But what Lucas did to Richard Marquand’s Return of the Jedi was particularly reprehensible: recognizing that the film’s outcome was a less than happy one for the isolated Luke Skywalker, now bereft of family, friends, and lovers, Marquand evocatively crafted a subdued conclusion, with the victorious forces quietly celebrating around a campfire as Luke wanders off for the cold consolation of friendly waves from his ghostly departed companions. But Lucas, feeling that there was something insufficiently gee-whiz about all of this, added some colorful new scenes of spontaneous celebrations on various other planets and re-edited the old footage to make things zippier and more cheerful. Marquand should have sued to have his name removed from the credits.

He might well have done, had he not actually been dead for ten years by the time Lucas released his retooled trilogy. But we’ll let that pass.

Leaving aside the issue of the justness or otherwise of the above statements (be honest: how many people would make a case defending Keanu as an actor?), I’m kind of irked by them. Lest I be accused of misrepresenting Westfahl, the negatives are probably outweighed by the positives and some of his good judgements (particularly his appraisal of Adam West) are also memorable. Even so, for me the negative judgements–most notably his seeming bottomless loathing for Spielberg–seem to remain more prominent.

Perhaps the key to what irritates me about Westfahl’s Encyclopedia is this passage from his entry on Lon Chaney Jr.:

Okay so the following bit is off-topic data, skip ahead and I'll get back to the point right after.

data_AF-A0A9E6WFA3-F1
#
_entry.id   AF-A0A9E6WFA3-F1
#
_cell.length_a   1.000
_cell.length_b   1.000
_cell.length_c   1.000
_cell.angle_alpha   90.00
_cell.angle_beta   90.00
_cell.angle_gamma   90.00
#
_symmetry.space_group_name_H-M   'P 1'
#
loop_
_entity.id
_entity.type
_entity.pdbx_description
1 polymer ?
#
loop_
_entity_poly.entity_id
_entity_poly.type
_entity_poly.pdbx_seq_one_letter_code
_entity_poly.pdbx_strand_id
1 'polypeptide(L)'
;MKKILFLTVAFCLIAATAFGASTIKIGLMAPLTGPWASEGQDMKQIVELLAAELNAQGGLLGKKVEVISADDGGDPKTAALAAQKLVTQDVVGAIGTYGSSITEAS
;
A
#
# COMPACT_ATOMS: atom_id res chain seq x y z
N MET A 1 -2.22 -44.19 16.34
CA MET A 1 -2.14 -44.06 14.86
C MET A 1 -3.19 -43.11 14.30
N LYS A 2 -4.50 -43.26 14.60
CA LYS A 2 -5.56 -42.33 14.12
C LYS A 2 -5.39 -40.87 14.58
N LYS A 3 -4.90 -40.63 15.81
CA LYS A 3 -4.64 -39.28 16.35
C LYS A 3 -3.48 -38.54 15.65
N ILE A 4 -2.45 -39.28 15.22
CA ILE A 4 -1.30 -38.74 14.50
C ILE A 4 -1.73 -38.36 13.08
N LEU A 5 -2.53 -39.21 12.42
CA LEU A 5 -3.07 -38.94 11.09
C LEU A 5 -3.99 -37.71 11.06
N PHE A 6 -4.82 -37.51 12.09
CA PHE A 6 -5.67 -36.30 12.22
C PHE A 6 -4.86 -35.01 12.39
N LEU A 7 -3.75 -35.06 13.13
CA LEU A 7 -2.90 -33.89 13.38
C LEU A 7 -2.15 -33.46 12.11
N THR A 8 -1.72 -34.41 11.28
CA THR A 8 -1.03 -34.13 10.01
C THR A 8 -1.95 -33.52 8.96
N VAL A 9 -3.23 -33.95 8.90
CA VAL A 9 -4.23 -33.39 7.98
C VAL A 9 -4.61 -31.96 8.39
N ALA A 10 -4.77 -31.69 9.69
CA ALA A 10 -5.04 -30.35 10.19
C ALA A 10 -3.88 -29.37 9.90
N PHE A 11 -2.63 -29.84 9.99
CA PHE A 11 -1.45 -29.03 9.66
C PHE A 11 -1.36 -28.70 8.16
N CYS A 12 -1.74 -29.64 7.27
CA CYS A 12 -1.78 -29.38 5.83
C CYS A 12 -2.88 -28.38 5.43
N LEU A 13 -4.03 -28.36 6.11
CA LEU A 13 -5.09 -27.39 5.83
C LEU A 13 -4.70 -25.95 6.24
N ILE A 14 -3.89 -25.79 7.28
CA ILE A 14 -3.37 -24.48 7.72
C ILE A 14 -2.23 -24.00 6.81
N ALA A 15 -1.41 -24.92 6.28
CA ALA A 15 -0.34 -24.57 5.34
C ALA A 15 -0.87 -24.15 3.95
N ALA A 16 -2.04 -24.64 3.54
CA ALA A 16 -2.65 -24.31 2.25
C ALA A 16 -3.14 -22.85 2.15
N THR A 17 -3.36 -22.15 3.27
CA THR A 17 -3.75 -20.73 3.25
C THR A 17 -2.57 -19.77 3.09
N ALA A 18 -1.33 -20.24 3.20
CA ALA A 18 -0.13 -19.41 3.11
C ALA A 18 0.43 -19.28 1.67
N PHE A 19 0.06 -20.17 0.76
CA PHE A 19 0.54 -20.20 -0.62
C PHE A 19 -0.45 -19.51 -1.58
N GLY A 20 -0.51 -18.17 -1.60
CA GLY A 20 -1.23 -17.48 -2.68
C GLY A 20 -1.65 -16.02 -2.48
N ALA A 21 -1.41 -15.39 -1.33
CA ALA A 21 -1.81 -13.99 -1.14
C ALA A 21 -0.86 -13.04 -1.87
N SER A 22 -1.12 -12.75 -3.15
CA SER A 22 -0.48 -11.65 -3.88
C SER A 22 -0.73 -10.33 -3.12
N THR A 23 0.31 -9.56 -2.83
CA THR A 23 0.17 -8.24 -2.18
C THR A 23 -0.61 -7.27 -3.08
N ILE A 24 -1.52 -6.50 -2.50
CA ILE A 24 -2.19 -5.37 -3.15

Because it is impossible to fabricate any arguments regarding his importance to science fiction films, Chaney must rather serve as the occasion for a critique of the literature surrounding horror movies. Blinded by their catholic fondness for the genre, these authors regularly offer effusive praise for all the prominent actors who ever labored in its films; yet words of appreciation for genuine talents like Karloff or Peter LORRE become meaningless when exactly the same compliments are bestowed on the likes of Lon Chaney, Jr. And I am tired of reading that bad horror movies occur only because these wonderfully gifted performers are being abused by terrible scripts and inept directors; in some cases, the actors themselves must shoulder some of the blame. Lon Chaney, Jr. made every movie he was in worse; that is the unvarnished truth, and people who call themselves film critics should be able to recognize that.

Here, methinks, we have it. Westfahl seems never to have been part of a cult audience for a film or genre, which is odd because SF is a genre which attracts cult followings if ever there was one. After all, the fantastic genre has always enjoyed a certain level of critical disrepute, and historically SF and horror films have been the preserve of the smaller companies (cf. the Universal horror films of the 30s, and the American International films of the 50s and 60s; cf. also the predominance of fantastic fiction in pulp magazines). This rule has always had exceptions and things have changed in recent decades, but even so the genre still retains a strong cult appeal.